TransCanada's request to pause Keystone XL review rejected by U.S.
TransCanada says it respects State Department's decision
The U.S. State Department has rejected TransCanada's request to put the review of the proposed Keystone XL pipeline on hold.
Spokesman John Kirby said the department wrote to TransCanada on Wednesday and "communicated our decision to continue our review."
- TransCanada asks U.S. to delay Keystone XL pipeline review
- ANALYSIS: Keystone XL: TransCanada plays chicken with the White House
Mark Cooper, a spokesman for TransCanada, said that the company respects the State Department's decision.
The State Department has jurisdiction over the pipeline because it crosses a U.S. border. The proposed pipeline would carry crude oil from Alberta to the U.S. Gulf Coast.
Democratic presidential hopeful Bernie Sanders, who is challenging Hillary Clinton for the presidential nomination, has urged President Barack Obama to reject the long-delayed pipeline before heading to Paris next month to finalize a global climate agreement.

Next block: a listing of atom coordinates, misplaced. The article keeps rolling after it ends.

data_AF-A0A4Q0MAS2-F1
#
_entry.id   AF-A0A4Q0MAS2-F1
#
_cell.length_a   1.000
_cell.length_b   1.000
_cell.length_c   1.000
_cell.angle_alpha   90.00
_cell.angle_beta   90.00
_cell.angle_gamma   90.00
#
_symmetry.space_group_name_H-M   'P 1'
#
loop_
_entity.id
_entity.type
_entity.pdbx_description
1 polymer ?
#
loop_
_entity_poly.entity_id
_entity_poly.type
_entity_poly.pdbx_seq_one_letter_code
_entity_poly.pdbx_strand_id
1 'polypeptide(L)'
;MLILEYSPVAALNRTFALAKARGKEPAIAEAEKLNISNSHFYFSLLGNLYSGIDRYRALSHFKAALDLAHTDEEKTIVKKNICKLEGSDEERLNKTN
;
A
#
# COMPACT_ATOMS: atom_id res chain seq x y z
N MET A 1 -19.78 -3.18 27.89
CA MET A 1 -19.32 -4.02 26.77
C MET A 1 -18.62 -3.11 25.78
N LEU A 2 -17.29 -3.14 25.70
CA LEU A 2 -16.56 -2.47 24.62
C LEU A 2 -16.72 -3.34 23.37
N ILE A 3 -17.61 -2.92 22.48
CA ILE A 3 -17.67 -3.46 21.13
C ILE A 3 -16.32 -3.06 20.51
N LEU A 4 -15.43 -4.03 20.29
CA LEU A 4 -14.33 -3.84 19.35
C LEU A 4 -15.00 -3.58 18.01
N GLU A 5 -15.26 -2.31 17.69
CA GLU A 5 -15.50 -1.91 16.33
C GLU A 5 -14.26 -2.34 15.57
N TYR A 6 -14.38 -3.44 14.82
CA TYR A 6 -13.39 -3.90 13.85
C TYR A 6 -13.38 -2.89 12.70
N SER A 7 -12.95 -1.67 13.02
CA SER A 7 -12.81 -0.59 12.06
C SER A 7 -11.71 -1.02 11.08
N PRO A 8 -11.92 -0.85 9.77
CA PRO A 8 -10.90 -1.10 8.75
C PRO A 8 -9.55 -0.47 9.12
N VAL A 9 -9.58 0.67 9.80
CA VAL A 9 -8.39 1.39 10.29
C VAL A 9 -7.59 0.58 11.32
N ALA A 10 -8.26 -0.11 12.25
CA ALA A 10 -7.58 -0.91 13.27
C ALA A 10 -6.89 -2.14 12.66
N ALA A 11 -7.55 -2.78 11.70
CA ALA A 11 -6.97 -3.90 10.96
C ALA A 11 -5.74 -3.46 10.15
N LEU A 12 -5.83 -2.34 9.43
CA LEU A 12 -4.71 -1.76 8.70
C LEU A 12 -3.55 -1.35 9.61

The company sent a letter to Secretary of State John Kerry on Monday, saying it believes there is precedent for making the request to pause the review.
TransCanada's letter had asked the U.S. government to delay its decision on a border-crossing permit, until after the resolution of a dispute in Nebraska over the route which could take another nine months to a year.
Most analysts believed the request was an attempt to forestall a veto of Keystone by Obama, who will be looking to build his environmental credentials ahead of the Paris climate summit.
Cooper said TransCanada's efforts will "continue to demonstrate that Keystone XL is in the national interest of the United States — just as five reports and 17,000 pages of State Department review have demonstrated over the past seven-plus years."
"We will continue to focus on building a pipeline that will put 2,200 Canadian construction workers and 9,000 in the United States to work, not to mention tens of thousands more on the full value chain that the State Department itself identified in its review," Cooper said.
With files from The Associated Press